Dover, Wilmington want to go high-tech
BRATTLEBORO -- Deerfield Valley towns are making an effort to increase cell and high-speed Internet coverage by working together and hiring specialists.
The town of Dover recently hired Economic Development Specialist Patrick Moreland to work full-time alongside the Dover Economic Development Committee.
In addition, both Dover and Wilmington both passed Town Meeting articles for $50,000 from each town to further their joint long-term economic development efforts. Half of those funds will be used to hire a professional economic development planner, who the towns have yet to hire, but who is slated to begin work in July.
High-speed Internet and cell phone coverage are seen by many as essential components to improve the economic climate of the town.
In a letter read at Town Meeting, addressed to the voters in Wilmington and Dover, the members of the Selectboards from both towns encouraged voters to pass the $50,000 article.
The letter stated that "we must work rigorously to obtain high-speed broadband and fiber optic connectivity. Reaching this goal is essential to our bringing new, small business to the Deerfield Valley as well as growing our tourism."
"Access to high-speed technology adds value to our existing institutions and creates an environment conducive to the generation of wealth," said Moreland. "It offers us a new opportunity to explore the human condition with our friends and neighbors across the world."
Moreland, originally from Marlboro, said his experience with Internet in the rural town has prepared him to deal with the challenges in Dover.
"It certainly gives me a base of experience," he said, adding that he worked with other members of the Brattleboro and Deerfield Valley community, like Laura Sibilia of the Mount Snow Valley Chamber of Commerce, Barbara Sondag, Brattleboro town manager, and Jeff Lewis, executive director of the Brattleboro Development Credit Corporation, to bring the communication services provider FairPoint to the region.
"Having that experience has helped me to be a more valuable asset to the town of Dover," Moreland said.
About half of Dover can get high-speed Internet service throughDuncan Cable TV Services.
Last October, FairPoint announced that it had expanded its high-speed Internet service to reach 2,000 more customers in five southern Vermont towns including West Dover.
Moreland said he has been speaking with FairPoint representatives about expanding FairPoint’s service. And it’s not just talk, he said; FairPoint has recently been laying wire so that it can reach more homes.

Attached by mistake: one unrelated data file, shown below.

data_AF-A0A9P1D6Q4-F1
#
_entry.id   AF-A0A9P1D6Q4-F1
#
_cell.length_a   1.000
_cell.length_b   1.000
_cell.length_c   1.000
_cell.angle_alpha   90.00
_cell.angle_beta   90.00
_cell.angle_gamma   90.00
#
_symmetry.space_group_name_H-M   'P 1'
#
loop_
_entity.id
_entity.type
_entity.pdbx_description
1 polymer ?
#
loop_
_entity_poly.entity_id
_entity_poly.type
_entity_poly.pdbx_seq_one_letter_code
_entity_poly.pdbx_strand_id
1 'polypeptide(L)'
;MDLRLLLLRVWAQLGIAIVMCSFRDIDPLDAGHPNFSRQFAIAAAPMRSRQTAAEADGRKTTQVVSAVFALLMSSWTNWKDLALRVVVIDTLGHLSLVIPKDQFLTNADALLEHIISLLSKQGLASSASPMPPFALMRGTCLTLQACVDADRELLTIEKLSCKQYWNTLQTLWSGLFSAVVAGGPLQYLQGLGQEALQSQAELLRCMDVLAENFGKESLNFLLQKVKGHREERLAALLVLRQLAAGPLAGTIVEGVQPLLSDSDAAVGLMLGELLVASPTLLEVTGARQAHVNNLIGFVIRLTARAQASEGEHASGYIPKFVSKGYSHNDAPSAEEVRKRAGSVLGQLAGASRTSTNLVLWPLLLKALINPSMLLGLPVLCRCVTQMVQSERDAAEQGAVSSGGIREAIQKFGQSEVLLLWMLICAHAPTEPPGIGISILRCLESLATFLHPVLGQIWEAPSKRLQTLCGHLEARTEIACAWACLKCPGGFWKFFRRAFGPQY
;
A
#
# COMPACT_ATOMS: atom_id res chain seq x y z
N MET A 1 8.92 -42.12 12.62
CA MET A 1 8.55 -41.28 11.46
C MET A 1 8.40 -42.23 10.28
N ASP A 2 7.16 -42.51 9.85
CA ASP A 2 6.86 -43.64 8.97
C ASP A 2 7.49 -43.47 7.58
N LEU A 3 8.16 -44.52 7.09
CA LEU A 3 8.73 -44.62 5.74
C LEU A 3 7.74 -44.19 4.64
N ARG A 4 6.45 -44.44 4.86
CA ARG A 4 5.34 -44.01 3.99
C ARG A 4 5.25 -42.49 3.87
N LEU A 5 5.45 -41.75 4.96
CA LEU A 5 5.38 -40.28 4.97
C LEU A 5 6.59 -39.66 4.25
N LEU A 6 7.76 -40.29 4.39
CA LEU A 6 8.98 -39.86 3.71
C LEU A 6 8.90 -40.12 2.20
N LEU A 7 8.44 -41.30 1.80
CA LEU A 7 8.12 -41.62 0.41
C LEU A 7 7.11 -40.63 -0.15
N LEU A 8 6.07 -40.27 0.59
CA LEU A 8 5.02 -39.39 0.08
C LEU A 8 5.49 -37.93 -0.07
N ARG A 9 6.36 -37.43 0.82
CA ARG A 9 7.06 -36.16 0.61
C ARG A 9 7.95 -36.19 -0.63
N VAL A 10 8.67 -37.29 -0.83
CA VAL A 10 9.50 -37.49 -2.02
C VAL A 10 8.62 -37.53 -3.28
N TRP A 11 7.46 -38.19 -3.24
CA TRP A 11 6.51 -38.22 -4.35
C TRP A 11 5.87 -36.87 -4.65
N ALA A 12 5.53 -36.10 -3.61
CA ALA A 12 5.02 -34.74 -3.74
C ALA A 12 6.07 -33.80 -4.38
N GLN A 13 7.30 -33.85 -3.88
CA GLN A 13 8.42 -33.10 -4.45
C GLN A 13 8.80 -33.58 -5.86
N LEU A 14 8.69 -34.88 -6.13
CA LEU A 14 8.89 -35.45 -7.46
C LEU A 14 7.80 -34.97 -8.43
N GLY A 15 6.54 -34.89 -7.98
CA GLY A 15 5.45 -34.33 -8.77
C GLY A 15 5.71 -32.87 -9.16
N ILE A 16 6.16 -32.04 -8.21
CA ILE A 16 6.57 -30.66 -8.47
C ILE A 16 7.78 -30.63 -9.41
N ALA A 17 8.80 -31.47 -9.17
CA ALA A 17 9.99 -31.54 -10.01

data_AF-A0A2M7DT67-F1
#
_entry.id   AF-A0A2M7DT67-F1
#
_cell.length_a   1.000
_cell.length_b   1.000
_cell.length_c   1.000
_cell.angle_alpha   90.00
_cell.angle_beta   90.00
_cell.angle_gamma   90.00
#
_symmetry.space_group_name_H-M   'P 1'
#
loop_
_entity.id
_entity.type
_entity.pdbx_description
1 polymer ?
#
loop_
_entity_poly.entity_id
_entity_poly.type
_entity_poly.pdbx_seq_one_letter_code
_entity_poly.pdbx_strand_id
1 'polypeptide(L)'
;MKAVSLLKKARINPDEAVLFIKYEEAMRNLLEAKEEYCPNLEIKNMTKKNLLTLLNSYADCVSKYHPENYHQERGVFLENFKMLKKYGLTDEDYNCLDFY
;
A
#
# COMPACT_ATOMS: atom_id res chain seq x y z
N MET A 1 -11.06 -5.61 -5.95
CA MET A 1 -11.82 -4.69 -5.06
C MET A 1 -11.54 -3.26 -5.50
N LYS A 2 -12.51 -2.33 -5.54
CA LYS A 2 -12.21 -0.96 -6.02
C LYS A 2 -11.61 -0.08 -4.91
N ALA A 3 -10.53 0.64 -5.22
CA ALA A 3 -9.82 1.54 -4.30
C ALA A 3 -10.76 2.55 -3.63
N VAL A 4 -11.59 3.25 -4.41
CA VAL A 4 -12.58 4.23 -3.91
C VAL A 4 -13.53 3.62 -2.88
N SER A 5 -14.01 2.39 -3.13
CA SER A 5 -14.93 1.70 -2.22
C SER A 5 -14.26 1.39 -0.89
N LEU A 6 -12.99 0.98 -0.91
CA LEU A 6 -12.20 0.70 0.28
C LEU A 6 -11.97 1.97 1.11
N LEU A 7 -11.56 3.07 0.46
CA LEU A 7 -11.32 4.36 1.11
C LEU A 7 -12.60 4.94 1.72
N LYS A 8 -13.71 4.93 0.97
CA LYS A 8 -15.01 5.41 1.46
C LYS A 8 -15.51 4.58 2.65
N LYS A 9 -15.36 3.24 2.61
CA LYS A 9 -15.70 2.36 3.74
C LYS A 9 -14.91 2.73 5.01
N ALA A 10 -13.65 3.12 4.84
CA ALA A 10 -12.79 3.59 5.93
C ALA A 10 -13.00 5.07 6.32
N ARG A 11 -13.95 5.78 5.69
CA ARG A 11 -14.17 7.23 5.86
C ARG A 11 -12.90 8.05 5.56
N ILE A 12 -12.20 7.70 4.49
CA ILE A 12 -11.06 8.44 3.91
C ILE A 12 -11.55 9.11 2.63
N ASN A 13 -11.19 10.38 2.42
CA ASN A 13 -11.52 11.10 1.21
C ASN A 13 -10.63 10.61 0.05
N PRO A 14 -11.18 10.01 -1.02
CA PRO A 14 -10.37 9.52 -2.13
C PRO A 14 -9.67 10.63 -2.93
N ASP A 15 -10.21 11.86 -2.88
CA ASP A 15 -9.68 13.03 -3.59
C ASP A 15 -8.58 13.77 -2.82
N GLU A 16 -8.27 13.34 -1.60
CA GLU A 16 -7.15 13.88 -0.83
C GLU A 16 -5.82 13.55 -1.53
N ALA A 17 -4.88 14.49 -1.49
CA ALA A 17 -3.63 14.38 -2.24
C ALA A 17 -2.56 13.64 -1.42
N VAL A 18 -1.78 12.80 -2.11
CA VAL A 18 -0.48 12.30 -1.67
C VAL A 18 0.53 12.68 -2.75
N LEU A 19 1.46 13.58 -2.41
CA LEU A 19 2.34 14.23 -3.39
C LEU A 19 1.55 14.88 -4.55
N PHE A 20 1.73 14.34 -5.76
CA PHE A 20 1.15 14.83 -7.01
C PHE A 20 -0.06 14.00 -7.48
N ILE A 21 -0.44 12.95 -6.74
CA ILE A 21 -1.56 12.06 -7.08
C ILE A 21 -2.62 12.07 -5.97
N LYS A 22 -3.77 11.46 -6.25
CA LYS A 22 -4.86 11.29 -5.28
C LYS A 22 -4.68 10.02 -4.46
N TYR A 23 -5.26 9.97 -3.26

"They’re doing a great deal of work, particularly toward developing East Dover," Moreland said. "It’s slow, but the work is continuous, and we’re supporting them in every way we can."
Moreland said that in the months to come, he’s looking forward to working with the tri-town planner, whose hire is in the works.
"The tri-town long-term project subcommittee will be meeting to draft a job description," said Bob Rusten, Wilmington town manager and member of the long-term project committee. "Once we put together a sort of draft, we’ll meet with both select boards see what they think and see if there are any changes they want to make.
"If it’s at all possible, we would like to have someone starting as soon as they can in July," he said.
Rusten said that he expects Moreland and the tri-town planner would often work together to achieve common goals.
Sibilia agreed, saying that "our belief is that we could have a couple more people working on economic development here and we would be able to keep them busy."
"I think it’s critical we have to work together," Sibilia added. "There’s not enough of us, not enough time and not enough money ... our economies so intertwined, it makes sense for us to look at the issues together, share costs and come up with primary goals that are compatible in both towns."
Improved telecommunications is an urgent need, not just in the Deerfield Valley but in all of southern Vermont, Sibilia said.
The Brattleboro Development Credit Corp. has been working on the problem for about three years, according to Lewis at the BDCC. "Everybody wants it and nobody knows how to do it," he said.
It’s a longshot, Lewis said, but the most fruitful development right now is the progress that the federal government is making when it comes to deeming broadband a universal communications platform, a necessary service that will be provided to all Americans just like telephone service or electricity.
Lewis believes it’s likely that the change will be very slow but worth the effort.
"I will continue to talk to the Vermont Telecommunications Authority as well as local action groups, trying to figure out how to get from where we are now to bigger, better, faster service," he said. "That’s good, but the solution in my mind is not in local grassroots movements but in a ubiquitous change."
TALK TO US
If you'd like to leave a comment (or a tip or a question) about this story with the editors, please email us. We also welcome letters to the editor for publication; you can do that by filling out our letters form and submitting it to the newsroom.